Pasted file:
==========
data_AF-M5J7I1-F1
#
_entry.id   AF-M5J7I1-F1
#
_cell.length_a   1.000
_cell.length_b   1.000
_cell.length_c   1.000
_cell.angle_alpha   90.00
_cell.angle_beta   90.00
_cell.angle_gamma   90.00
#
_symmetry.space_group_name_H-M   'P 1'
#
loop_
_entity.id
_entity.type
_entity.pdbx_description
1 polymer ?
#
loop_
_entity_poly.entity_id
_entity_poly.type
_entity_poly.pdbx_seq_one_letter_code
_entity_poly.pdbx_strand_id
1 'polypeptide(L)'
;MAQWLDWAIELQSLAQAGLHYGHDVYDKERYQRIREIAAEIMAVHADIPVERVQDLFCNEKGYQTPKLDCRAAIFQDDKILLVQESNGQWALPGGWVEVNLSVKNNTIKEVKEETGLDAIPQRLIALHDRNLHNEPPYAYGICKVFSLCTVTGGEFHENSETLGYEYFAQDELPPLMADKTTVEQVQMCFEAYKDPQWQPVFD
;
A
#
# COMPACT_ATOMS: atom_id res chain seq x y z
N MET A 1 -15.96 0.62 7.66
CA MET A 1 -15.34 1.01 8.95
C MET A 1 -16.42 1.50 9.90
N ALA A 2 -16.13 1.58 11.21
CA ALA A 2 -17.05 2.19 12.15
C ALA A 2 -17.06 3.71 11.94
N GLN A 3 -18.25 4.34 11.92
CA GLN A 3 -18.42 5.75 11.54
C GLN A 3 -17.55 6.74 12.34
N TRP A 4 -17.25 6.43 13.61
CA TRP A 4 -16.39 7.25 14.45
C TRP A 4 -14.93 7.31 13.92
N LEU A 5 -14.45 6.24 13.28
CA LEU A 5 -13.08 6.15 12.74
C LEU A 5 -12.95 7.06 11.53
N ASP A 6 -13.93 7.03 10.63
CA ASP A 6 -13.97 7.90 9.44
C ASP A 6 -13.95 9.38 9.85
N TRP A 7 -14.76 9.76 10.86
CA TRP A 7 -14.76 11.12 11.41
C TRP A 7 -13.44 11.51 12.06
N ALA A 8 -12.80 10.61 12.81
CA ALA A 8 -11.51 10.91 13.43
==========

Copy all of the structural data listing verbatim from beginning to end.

data_AF-M5J7I1-F1
#
_entry.id   AF-M5J7I1-F1
#
_cell.length_a   1.000
_cell.length_b   1.000
_cell.length_c   1.000
_cell.angle_alpha   90.00
_cell.angle_beta   90.00
_cell.angle_gamma   90.00
#
_symmetry.space_group_name_H-M   'P 1'
#
loop_
_entity.id
_entity.type
_entity.pdbx_description
1 polymer ?
#
loop_
_entity_poly.entity_id
_entity_poly.type
_entity_poly.pdbx_seq_one_letter_code
_entity_poly.pdbx_strand_id
1 'polypeptide(L)'
;MAQWLDWAIELQSLAQAGLHYGHDVYDKERYQRIREIAAEIMAVHADIPVERVQDLFCNEKGYQTPKLDCRAAIFQDDKILLVQESNGQWALPGGWVEVNLSVKNNTIKEVKEETGLDAIPQRLIALHDRNLHNEPPYAYGICKVFSLCTVTGGEFHENSETLGYEYFAQDELPPLMADKTTVEQVQMCFEAYKDPQWQPVFD
;
A
#
# COMPACT_ATOMS: atom_id res chain seq x y z
N MET A 1 -15.96 0.62 7.66
CA MET A 1 -15.34 1.01 8.95
C MET A 1 -16.42 1.50 9.90
N ALA A 2 -16.13 1.58 11.21
CA ALA A 2 -17.05 2.19 12.15
C ALA A 2 -17.06 3.71 11.94
N GLN A 3 -18.25 4.34 11.92
CA GLN A 3 -18.42 5.75 11.54
C GLN A 3 -17.55 6.74 12.34
N TRP A 4 -17.25 6.43 13.61
CA TRP A 4 -16.39 7.25 14.45
C TRP A 4 -14.93 7.31 13.92
N LEU A 5 -14.45 6.24 13.28
CA LEU A 5 -13.08 6.15 12.74
C LEU A 5 -12.95 7.06 11.53
N ASP A 6 -13.93 7.03 10.63
CA ASP A 6 -13.97 7.90 9.44
C ASP A 6 -13.95 9.38 9.85
N TRP A 7 -14.76 9.76 10.86
CA TRP A 7 -14.76 11.12 11.41
C TRP A 7 -13.44 11.51 12.06
N ALA A 8 -12.80 10.61 12.81
CA ALA A 8 -11.51 10.91 13.43